Gone in 60 Seconds: Verizon Breach Report Reveals 60% of Enterprise Attacks Succeed in Minutes

By Imarc

Posted on Apr 14, 2015

smashed-door-glassby Alexander Heid
Chief Research Officer

(NEW YORK, NY) - During April 2015, Verizon released their annual breach report which identifies ongoing trends within enterprise cyber attacks. This year, the primary focus of the breach report centered around the prolific rise in phishing attacks that spread malware, and rise of of web application vulnerability attacks that revealed private data.

One of the most striking statistics identified in the report was that it takes most attackers only a few minutes to gain persistent unauthorized access within the infrastructure of a corporate network. The report cites that in over 60% of breaches, attackers were able to infiltrate the target within minutes. Attackers primarily accomplished these successful attempts by leveraging the lack of security awareness on the part of corporate employees, in addition to leveraging antiquated vulnerabilities within poorly secured web applications.

The ability for attackers to penetrate a corporate network within minutes is quite realistic, especially when put in the context of a physical robbery. Bank robbers, home burglars, and car thieves are notorious for their ability to quickly enter private property, locate valuables, and disappear, leaving as little evidence as possible. The widespread adoption of IDS/IPS systems and a heightened awareness to the existence of digital attacks has made attackers require the skills of both stealth and speed.

Compromised Credentials: Public Dumps & Private Trades

The trends identified by Verizon coincides with the threat intelligence that has been obtained over the course of the last year by Security Scorecard. A prolific rise in the release of compromised credentials in the public domain combined with a rise in the trading of compromised credentials within underground communities indicates that that attackers are becoming more adept in the tradecraft of bulk data theft. Granular analysis of chatter collected by Security Scorecard sensors reveals that the majority of the publicly traded credentials are results of web application vulnerabilities, most commonly SQL injections, and the privately traded credentials are usually the results of phishing campaigns. The public dumps are mostly released by hackers to build their own reputations and/or engage in a form of hacktivism, whereby privately traded credentials are more targeted usually have form of value (bank logins, PayPals, email accounts).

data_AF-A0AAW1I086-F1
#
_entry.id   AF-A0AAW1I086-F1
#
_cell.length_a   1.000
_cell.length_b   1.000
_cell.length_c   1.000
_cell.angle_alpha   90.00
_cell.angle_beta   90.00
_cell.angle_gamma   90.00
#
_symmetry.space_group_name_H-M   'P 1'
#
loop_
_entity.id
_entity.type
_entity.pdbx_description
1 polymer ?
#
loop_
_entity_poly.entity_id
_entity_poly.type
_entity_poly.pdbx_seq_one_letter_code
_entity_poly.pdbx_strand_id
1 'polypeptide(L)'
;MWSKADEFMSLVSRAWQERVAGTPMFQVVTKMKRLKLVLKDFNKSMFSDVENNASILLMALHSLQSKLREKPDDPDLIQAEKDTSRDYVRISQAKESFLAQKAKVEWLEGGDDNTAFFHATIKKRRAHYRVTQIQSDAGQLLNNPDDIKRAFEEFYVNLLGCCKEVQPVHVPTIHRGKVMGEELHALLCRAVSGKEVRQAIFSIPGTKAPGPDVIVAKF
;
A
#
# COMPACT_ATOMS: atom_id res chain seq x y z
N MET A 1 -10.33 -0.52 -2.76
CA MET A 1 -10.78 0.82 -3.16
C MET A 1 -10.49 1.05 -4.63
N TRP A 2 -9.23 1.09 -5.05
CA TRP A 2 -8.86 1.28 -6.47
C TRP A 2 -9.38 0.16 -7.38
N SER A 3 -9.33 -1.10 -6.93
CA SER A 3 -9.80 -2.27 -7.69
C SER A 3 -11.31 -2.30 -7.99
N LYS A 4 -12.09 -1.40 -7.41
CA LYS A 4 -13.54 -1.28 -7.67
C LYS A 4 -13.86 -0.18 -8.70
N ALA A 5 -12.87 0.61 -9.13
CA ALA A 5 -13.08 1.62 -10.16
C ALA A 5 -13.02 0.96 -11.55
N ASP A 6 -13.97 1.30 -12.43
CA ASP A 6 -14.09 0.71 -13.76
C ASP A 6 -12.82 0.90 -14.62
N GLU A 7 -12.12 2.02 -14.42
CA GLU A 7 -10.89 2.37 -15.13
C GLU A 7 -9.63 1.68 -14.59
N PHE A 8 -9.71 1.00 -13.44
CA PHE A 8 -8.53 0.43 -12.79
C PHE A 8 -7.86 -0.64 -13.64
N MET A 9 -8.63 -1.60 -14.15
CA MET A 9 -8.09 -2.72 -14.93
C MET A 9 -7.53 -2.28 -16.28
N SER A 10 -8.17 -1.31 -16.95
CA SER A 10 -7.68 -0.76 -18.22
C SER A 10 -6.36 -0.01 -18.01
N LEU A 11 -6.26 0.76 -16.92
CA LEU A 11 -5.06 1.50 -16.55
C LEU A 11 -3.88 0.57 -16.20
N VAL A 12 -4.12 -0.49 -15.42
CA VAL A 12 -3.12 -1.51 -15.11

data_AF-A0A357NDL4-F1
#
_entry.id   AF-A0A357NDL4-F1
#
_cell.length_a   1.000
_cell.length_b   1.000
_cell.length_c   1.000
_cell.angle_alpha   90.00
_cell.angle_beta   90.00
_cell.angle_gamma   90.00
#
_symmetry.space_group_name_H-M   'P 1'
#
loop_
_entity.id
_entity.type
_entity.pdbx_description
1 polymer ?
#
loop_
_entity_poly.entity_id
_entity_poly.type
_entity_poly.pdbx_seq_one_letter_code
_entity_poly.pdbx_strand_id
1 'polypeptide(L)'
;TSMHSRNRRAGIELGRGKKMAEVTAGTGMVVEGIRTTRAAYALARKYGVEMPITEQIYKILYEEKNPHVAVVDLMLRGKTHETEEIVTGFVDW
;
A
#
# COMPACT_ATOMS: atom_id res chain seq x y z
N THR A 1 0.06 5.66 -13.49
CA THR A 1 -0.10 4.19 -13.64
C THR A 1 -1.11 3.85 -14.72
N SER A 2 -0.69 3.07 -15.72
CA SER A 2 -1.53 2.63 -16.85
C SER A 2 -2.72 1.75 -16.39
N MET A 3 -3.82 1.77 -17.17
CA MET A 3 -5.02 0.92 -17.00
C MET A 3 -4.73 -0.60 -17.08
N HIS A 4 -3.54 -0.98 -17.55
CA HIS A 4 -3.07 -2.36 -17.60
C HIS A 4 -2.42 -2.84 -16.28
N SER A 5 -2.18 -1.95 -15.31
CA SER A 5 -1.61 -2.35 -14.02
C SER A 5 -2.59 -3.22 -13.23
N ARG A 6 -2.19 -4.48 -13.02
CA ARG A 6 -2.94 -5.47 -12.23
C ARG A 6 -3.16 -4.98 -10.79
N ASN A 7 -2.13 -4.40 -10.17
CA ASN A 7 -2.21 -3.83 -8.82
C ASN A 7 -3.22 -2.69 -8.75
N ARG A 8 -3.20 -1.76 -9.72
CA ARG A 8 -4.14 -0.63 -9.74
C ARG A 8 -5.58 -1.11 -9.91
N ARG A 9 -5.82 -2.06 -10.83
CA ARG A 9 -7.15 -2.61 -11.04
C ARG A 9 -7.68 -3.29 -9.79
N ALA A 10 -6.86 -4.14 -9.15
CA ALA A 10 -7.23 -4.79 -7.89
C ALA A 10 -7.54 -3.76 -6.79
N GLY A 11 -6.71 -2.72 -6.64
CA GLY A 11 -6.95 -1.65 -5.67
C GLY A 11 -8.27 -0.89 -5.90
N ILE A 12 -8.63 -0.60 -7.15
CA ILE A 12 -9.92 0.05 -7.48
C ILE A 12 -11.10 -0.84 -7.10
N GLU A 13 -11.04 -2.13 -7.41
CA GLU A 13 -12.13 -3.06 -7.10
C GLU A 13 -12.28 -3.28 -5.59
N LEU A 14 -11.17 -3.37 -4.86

Public dumps are usually of dubious quality, and malicious actors make use of 'checker' scripts to confirm valid credentials. These 'checker' scripts are coded by hackers to mimic the login sequences of various e-commerce websites and e-mail service providers while rotating through lists of proxy servers. A bulk list of credentials is fed to the script, and the script outputs a list of valid credentials and invalid credentials. The valid parsed accounts are then examined further by attackers for potential uses. The lifetime of a publicly released credential is short, whereby a privately traded credential can stay active for long periods of time when treated with care.

Sounds horrific, how can companies deal with this?

The emphasis of most enterprise security controls remains on the perimeter, and when an attacker masquerades as a legitimate user using pilfered credentials then detection of anomalous behavior becomes more difficult.

One way to deal with this risk is to assume that all end users will eventually be compromised through a client side attack or password reuse, and will end up revealing their credentials to an attacker. Implementation of two factor authentication, historical IP geolocation, hard to guess secret questions, user audit trails, and web application security controls that go beyond the login portal will stifle most unauthorized access attempts.

These implementations will make the use of compromised credentials more difficult, requiring the use of proxy servers, malicious mobile apps, and/or social engineering. At this juncture in time, these requirements would eliminate all but the most dedicated of attackers, as most would seek out easier targets.

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